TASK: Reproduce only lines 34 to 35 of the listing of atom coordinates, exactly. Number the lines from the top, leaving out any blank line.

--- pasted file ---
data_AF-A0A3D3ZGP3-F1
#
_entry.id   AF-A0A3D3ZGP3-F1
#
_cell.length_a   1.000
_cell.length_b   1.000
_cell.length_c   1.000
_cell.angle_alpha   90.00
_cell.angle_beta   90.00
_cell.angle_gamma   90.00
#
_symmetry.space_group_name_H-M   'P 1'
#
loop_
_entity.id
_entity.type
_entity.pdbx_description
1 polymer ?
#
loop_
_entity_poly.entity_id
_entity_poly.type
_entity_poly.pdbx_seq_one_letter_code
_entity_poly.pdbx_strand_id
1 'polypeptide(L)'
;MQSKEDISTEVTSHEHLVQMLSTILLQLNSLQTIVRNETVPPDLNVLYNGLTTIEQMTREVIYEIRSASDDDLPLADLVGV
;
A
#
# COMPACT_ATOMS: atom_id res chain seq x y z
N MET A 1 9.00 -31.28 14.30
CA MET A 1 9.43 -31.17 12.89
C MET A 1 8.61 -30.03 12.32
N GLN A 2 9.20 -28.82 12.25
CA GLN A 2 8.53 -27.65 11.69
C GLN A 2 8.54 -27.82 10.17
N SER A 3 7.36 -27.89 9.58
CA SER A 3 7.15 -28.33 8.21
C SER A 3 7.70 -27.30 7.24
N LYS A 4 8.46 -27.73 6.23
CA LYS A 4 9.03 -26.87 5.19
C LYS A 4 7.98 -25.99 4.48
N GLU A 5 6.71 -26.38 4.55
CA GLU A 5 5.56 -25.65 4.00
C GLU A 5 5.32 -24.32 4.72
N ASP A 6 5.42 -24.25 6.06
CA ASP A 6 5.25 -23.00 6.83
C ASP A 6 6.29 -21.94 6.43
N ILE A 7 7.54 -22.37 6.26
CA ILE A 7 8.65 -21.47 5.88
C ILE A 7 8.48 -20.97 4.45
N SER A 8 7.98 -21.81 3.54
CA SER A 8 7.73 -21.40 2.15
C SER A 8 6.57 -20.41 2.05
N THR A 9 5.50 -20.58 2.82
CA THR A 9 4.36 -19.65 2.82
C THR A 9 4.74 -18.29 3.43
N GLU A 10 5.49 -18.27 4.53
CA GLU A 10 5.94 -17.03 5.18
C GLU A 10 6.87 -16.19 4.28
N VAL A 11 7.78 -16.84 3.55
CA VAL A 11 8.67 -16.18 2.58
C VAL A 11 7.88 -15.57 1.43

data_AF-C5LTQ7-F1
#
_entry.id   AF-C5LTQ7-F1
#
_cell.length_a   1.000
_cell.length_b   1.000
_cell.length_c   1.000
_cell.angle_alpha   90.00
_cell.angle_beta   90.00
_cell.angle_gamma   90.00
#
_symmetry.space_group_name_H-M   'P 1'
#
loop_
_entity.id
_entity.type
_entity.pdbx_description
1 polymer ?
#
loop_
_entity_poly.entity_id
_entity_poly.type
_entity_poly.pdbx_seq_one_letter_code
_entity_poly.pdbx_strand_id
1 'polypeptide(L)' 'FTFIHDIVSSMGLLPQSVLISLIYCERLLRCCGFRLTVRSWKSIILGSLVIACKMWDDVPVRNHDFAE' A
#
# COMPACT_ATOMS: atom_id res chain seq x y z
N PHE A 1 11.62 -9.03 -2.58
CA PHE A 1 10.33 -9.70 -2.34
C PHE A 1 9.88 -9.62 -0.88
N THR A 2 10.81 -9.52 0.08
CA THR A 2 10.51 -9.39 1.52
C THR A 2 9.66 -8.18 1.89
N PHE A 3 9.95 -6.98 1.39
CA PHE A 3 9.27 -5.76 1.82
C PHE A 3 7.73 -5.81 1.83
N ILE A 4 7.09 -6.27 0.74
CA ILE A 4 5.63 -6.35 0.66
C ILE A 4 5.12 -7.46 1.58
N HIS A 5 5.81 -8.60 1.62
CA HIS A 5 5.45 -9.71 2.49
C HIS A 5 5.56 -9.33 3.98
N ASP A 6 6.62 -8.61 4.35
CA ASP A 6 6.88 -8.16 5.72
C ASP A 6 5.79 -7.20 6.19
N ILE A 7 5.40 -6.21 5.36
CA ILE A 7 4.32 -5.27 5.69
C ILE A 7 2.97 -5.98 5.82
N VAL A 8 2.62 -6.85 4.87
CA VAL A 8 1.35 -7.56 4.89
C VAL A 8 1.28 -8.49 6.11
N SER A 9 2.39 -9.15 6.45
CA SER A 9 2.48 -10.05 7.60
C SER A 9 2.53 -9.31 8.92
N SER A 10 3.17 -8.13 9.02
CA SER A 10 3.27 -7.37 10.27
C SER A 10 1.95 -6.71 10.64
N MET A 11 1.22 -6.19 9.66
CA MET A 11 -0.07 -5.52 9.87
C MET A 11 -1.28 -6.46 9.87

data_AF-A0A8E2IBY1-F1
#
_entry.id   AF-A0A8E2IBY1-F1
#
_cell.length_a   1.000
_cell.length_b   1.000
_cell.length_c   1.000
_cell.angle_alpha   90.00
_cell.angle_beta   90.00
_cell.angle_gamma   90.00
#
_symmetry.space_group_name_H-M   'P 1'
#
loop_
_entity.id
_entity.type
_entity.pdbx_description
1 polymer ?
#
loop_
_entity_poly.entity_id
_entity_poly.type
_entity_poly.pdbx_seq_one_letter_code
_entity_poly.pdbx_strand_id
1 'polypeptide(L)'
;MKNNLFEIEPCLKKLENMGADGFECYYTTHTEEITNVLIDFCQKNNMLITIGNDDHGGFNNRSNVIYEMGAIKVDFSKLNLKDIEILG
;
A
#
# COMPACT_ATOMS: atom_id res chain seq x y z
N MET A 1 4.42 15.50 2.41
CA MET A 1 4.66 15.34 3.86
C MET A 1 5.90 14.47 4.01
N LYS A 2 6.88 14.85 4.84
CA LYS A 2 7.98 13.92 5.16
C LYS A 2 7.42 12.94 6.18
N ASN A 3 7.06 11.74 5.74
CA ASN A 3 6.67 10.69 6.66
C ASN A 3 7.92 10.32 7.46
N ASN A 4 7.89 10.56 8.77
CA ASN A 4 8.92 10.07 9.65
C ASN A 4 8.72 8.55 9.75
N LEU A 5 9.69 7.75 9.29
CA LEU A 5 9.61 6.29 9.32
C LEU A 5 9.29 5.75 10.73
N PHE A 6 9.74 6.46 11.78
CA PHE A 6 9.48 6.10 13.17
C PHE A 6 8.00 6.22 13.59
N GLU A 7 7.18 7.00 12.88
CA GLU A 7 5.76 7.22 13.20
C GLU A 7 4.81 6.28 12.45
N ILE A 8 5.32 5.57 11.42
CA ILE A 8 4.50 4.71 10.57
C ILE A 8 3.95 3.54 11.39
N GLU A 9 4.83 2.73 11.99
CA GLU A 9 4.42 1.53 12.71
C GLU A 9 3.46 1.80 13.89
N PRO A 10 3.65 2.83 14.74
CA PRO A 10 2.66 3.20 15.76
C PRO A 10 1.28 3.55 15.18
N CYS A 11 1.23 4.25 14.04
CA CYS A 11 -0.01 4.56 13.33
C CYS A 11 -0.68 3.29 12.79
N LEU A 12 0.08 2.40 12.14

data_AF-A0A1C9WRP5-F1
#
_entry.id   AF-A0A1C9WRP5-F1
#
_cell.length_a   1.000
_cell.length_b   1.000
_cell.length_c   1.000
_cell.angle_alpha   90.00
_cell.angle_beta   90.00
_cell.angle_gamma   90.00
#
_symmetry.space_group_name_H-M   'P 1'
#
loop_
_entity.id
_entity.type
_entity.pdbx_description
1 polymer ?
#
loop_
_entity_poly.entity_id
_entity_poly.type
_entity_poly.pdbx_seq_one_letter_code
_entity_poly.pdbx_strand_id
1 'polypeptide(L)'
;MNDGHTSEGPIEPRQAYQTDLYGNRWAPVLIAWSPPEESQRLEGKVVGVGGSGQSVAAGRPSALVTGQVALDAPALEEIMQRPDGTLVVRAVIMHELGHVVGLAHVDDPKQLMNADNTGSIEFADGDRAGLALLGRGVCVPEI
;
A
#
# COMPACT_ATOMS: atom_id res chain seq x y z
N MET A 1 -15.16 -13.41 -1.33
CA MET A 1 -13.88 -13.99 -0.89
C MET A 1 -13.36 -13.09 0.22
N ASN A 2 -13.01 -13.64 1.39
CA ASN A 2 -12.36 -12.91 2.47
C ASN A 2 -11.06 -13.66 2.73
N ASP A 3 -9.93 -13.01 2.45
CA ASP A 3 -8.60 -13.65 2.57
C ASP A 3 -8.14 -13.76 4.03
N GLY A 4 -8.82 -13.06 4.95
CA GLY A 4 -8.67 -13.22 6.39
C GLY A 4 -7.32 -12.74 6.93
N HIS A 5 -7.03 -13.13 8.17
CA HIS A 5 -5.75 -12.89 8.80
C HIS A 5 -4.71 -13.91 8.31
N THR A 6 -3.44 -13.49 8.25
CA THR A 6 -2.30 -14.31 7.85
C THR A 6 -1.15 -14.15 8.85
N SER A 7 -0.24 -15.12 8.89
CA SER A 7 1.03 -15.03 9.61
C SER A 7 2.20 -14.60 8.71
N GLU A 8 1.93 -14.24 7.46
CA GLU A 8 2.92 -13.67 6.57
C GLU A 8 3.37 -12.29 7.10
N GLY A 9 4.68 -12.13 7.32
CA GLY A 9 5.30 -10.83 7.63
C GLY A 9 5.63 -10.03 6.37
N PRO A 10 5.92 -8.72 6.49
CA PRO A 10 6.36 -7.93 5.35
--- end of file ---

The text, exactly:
N GLN A 2 9.20 -28.82 12.25
CA GLN A 2 8.53 -27.65 11.69